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Veterans Day: GIs and the Arts

Today is Veterans Day, a day that’s always been special to me because my father was not only a U.S. military veteran; he was born on Veterans Day,  which was originally called Armistice Day, a day set aside to celebrate the end of World War I; the armistice was signed on the 11th hour of the 11th day of the 11th month in 1918. Congress named it Veterans Day in 1954, intended to honor all U.S. military veterans.

There is a strong connection between theater and the military, as actor and U.S. Marine veteran Adam Driver pointed out last year (and I put in my Veterans Day post last year):
“The birth of theater was from a military environment. The Greeks — Aeschylus, Euripides, all these elected generals…wrote plays for a culture that was at war.”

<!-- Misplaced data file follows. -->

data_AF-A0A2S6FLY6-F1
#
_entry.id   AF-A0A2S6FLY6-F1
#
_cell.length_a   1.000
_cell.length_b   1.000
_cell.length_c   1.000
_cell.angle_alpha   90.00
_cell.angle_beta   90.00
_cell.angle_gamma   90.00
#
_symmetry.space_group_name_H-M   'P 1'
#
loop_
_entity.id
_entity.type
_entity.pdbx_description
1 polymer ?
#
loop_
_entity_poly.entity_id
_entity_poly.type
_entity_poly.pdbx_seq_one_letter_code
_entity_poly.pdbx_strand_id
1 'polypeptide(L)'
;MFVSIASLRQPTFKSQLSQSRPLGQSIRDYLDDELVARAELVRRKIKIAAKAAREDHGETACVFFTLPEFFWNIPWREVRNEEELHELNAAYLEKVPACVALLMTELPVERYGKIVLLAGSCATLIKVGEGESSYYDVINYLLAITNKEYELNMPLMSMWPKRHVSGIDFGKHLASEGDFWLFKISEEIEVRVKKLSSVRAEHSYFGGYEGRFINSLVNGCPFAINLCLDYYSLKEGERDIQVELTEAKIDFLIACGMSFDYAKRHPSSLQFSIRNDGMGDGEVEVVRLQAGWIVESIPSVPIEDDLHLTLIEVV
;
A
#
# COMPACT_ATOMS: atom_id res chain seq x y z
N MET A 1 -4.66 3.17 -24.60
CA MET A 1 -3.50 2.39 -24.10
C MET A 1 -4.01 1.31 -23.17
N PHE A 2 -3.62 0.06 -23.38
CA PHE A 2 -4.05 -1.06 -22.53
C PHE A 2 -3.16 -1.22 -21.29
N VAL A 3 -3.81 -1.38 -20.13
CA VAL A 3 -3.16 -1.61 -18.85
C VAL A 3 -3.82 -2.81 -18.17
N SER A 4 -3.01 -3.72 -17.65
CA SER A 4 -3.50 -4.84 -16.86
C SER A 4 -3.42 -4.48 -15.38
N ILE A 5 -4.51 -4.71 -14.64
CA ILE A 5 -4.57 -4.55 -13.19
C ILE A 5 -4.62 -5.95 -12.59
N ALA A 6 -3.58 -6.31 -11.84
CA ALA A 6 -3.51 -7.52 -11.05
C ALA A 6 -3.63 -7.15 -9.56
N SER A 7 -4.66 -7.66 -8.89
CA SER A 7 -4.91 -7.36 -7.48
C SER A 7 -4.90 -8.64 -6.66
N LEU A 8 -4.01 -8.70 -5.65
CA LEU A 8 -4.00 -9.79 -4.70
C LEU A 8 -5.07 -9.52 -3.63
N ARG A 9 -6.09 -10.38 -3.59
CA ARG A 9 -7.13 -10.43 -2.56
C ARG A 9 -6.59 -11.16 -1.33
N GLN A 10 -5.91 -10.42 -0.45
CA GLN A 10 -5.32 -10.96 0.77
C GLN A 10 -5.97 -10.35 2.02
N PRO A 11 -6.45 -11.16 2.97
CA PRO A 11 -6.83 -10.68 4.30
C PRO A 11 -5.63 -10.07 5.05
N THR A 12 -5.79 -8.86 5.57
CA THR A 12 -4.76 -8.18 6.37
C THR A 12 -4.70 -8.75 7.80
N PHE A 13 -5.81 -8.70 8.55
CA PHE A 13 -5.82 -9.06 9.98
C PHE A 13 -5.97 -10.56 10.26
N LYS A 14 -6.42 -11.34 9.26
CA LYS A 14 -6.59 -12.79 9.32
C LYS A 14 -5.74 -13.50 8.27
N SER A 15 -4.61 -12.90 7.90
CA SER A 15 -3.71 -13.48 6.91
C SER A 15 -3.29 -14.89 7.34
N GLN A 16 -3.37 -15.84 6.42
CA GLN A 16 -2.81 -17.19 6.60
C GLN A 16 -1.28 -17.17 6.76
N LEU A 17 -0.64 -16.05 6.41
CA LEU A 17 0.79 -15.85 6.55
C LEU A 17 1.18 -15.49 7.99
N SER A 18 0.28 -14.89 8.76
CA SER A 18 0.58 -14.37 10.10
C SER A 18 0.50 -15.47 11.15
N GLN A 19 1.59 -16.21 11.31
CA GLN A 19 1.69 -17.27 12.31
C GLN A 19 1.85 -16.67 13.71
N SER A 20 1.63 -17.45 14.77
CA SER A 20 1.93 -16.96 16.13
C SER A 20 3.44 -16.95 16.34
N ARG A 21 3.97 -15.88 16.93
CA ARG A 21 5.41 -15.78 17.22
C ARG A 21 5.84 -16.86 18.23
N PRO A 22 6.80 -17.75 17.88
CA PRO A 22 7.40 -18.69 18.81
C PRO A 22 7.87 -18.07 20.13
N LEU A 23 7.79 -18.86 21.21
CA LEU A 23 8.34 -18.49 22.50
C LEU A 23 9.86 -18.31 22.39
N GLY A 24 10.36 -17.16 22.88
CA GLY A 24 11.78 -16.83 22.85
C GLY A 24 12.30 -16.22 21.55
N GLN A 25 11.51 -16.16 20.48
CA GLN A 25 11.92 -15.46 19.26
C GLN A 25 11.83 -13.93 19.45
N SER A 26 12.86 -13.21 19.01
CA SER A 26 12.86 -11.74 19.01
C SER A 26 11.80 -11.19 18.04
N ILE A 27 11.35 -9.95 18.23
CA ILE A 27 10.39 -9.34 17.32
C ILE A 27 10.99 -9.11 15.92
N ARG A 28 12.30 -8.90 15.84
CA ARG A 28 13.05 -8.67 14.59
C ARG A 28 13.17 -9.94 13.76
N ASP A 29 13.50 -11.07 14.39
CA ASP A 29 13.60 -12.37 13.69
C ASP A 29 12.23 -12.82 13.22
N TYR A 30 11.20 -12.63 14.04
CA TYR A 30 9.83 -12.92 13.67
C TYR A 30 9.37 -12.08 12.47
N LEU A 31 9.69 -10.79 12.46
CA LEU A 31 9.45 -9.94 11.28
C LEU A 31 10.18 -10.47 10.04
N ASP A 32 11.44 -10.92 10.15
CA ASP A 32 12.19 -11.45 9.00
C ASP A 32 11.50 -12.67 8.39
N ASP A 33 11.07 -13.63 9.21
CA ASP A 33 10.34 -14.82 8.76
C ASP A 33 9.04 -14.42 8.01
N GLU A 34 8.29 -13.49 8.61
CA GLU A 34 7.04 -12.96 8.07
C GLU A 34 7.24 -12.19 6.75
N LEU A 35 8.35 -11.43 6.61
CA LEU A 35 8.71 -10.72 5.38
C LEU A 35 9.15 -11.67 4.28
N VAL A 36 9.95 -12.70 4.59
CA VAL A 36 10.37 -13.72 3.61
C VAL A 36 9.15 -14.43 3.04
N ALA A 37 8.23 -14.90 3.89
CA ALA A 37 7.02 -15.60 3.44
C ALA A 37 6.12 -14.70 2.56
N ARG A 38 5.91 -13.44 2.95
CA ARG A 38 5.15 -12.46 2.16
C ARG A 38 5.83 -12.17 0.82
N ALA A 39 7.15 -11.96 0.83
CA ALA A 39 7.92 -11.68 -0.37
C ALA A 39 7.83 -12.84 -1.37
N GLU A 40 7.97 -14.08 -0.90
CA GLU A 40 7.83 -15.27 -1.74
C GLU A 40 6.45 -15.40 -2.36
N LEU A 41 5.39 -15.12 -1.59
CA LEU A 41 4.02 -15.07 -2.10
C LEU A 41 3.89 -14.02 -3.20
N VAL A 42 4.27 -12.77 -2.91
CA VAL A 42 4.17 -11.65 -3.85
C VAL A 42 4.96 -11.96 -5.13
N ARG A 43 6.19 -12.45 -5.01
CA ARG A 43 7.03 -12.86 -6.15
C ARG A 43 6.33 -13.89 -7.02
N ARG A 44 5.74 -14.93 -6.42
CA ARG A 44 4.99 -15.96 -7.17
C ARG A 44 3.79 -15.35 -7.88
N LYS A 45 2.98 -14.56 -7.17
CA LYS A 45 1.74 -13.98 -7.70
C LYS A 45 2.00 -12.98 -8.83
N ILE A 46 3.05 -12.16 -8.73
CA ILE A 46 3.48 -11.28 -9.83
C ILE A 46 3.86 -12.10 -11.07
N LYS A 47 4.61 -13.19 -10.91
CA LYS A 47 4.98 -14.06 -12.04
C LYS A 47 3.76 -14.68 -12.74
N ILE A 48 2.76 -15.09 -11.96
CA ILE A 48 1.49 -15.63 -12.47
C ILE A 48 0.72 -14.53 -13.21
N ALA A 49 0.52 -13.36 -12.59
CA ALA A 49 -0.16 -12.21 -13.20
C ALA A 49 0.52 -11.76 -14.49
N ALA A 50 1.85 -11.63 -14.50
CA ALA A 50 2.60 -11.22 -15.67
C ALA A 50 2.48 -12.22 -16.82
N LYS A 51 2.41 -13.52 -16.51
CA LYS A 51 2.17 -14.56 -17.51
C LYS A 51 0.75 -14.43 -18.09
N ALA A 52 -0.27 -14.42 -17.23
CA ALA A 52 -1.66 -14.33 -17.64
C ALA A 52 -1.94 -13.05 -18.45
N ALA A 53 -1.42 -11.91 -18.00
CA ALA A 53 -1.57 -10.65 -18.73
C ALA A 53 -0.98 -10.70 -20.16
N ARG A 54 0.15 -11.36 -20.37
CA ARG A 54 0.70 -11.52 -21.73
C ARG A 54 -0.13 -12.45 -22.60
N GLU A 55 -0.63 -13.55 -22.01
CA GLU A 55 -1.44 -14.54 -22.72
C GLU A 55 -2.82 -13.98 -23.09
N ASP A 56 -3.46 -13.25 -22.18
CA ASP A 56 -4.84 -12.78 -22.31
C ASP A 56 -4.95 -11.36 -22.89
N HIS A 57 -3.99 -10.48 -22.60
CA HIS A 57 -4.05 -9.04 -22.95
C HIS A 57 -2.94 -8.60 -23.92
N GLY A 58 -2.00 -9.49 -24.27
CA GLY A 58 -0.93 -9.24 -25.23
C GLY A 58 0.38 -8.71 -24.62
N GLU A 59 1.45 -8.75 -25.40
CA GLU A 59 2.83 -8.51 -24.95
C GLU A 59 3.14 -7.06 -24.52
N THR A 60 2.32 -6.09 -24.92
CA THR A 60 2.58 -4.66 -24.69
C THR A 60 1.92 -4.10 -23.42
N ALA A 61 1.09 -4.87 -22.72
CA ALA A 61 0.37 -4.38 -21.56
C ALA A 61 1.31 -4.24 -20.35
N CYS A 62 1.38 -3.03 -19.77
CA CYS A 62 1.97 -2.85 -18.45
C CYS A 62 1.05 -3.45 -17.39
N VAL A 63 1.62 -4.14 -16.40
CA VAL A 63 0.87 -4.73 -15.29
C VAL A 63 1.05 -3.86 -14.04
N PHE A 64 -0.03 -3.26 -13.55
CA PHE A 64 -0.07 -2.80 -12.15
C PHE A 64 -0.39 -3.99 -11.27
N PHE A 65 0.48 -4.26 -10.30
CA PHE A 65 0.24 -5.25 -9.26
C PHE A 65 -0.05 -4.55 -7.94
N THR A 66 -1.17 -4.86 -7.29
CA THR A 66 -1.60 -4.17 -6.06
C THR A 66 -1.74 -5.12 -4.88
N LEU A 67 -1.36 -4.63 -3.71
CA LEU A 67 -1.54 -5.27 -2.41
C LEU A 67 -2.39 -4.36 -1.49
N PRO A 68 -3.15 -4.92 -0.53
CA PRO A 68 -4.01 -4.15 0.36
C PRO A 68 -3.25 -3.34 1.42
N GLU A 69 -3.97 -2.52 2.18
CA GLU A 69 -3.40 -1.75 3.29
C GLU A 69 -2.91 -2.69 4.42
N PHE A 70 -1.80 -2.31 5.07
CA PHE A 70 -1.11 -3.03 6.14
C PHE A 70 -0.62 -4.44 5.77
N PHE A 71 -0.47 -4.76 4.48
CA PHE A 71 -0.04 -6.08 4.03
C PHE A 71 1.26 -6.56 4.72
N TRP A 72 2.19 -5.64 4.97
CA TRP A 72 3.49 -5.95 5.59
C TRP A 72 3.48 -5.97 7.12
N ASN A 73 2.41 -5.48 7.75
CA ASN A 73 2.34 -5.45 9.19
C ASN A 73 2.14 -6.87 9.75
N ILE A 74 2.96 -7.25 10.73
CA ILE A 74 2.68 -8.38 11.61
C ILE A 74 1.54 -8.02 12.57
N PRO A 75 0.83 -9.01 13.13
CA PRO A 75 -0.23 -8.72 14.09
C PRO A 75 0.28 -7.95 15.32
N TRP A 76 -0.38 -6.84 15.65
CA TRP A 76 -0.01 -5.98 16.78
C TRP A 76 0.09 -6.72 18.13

It’s why the theater artist and Greek scholar Bryan Doerries began performing the Greek tragedies for modern military audiences, out of which he created a theater company, now called The Theater of War, and a book with the same title.

Also see terrific series on Howlround by Stephan Wolfert, Shakespeare Through The Lens of a Military Veteran

Non-profit groups that help veterans pursue  the arts either as a vocation or an avocation, for healing and for sustenance:

Arts in the Armed Forces,

United States Veterans’ Artists Alliance (USVAA)

Veteran Artist Program (VAP)

Society of Artistic Veterans (SocArtVets)

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About New York Theater
Jonathan Mandell is a 3rd generation NYC journalist, who sees shows, reads plays, writes reviews and sometimes talks with people.

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